The point here is, while Latin America has been slow to come around to the cyber world, this is rapidly changing, and cyber security is catching on. For example, Brazil’s army recently created a center for cyber defense. If we also take into account that a number of countries, besides Brazil, have experienced major economic growth in recent years, similar to Mexico and Peru, then the question becomes a matter of when, not if, cyber weapons will become a factor in Latin American military affairs.
Therefore, it becomes a necessity to begin some kind of international regulatory system for cyber weapons. In a few years, Stuxnet-like operations may not come just from some of the world’s most developed states, but regional powerhouses with more localized domestic national security interests.
What should the role of the cyber powers be at that point? Could the government in Lima, a historical U.S. ally in Latin America (though of course not at the same level of Tel Aviv or London), approach Washington and ask to purchase cyber weapons capable of knocking out Chile’s electric grid as a mean to use as a dissuasive weapon to deter any possible conventional military threat from Santiago (another U.S. ally)?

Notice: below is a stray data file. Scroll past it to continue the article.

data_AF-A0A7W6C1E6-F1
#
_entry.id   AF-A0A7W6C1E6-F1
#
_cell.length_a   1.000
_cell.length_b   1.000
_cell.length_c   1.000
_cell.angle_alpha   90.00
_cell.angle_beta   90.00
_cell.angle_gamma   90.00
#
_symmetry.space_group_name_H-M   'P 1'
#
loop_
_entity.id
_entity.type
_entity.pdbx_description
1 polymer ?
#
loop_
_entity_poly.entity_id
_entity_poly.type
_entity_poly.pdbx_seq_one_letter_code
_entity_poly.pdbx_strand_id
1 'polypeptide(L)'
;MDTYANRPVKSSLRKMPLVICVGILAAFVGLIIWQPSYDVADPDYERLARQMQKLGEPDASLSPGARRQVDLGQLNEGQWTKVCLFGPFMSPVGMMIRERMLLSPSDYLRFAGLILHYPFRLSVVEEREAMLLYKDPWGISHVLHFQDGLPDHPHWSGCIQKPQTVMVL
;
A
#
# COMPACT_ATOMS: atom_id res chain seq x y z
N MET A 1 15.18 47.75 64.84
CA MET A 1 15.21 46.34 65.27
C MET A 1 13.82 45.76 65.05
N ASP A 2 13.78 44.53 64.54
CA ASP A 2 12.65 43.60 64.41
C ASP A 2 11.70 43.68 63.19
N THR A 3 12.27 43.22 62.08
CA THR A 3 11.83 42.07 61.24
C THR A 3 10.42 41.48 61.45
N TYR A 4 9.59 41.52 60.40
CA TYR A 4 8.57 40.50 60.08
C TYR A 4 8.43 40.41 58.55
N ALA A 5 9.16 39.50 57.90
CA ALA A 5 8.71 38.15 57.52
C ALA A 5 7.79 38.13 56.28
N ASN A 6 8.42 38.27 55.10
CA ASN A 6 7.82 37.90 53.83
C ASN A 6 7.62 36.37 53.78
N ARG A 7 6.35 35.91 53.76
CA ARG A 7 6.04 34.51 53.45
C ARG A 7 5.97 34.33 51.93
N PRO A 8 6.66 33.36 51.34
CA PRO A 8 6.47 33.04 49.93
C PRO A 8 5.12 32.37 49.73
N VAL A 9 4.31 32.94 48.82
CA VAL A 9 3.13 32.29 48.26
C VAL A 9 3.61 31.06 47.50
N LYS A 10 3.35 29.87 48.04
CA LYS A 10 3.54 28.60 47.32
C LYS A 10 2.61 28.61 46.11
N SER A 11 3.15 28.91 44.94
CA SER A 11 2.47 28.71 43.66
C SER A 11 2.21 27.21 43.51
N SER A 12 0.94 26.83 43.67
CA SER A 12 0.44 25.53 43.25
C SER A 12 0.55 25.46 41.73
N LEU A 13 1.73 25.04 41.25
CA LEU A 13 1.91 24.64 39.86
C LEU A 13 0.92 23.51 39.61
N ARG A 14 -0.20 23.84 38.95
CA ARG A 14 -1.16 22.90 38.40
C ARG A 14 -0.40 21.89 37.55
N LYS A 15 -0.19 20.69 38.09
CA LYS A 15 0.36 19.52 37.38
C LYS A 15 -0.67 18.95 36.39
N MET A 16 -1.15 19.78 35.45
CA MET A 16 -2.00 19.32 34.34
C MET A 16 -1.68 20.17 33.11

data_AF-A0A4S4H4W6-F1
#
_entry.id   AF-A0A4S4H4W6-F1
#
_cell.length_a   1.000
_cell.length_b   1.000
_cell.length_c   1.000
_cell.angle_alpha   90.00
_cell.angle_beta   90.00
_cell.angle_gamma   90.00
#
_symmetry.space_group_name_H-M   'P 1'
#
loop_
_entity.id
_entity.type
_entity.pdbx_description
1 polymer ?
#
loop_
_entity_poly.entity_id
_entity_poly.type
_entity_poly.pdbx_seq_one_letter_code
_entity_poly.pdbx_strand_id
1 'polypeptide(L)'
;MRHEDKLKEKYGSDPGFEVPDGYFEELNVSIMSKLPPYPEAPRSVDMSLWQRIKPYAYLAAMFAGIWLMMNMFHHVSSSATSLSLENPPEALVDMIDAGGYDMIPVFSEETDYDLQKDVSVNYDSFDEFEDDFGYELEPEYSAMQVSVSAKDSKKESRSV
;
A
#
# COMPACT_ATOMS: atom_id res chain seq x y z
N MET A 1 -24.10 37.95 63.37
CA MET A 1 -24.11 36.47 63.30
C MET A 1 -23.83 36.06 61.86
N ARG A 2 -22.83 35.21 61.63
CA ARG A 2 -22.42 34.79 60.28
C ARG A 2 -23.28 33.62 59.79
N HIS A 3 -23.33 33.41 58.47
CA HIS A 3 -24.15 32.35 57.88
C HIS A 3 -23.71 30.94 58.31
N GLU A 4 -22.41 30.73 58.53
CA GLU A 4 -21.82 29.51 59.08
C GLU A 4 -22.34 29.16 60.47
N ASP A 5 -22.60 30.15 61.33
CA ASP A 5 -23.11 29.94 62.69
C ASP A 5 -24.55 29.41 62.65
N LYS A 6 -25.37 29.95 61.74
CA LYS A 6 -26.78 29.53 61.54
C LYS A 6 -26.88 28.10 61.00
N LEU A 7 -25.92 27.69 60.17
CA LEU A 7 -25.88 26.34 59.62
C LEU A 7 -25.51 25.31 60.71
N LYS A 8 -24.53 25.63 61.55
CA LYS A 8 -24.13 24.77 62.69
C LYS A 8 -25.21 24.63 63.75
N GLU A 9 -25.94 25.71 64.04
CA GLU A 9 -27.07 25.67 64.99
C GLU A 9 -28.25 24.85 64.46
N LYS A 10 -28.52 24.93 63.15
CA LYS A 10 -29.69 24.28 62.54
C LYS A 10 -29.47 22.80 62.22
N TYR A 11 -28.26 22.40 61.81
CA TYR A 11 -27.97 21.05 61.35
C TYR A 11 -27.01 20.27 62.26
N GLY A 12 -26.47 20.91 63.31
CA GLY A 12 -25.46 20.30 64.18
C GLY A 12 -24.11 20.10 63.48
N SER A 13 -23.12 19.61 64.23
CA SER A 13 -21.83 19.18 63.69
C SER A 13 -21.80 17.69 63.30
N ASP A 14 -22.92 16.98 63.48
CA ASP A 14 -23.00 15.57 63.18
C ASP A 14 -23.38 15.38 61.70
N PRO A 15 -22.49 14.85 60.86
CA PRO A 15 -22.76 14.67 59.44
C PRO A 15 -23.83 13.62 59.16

Or how about if Bogota, another close US ally, asks for spyware or more offensive software, should tensions flare up once again with Venezuela (repeatedly accused by the U.S. of being lax, at best, on fighting drug trafficking and for President Hugo Chavez’s friendship with the Iranian government). Finally, should London place limits on Gamma if it plans to sell its spyware to a Latin American state which is known for its crackdown on human rights?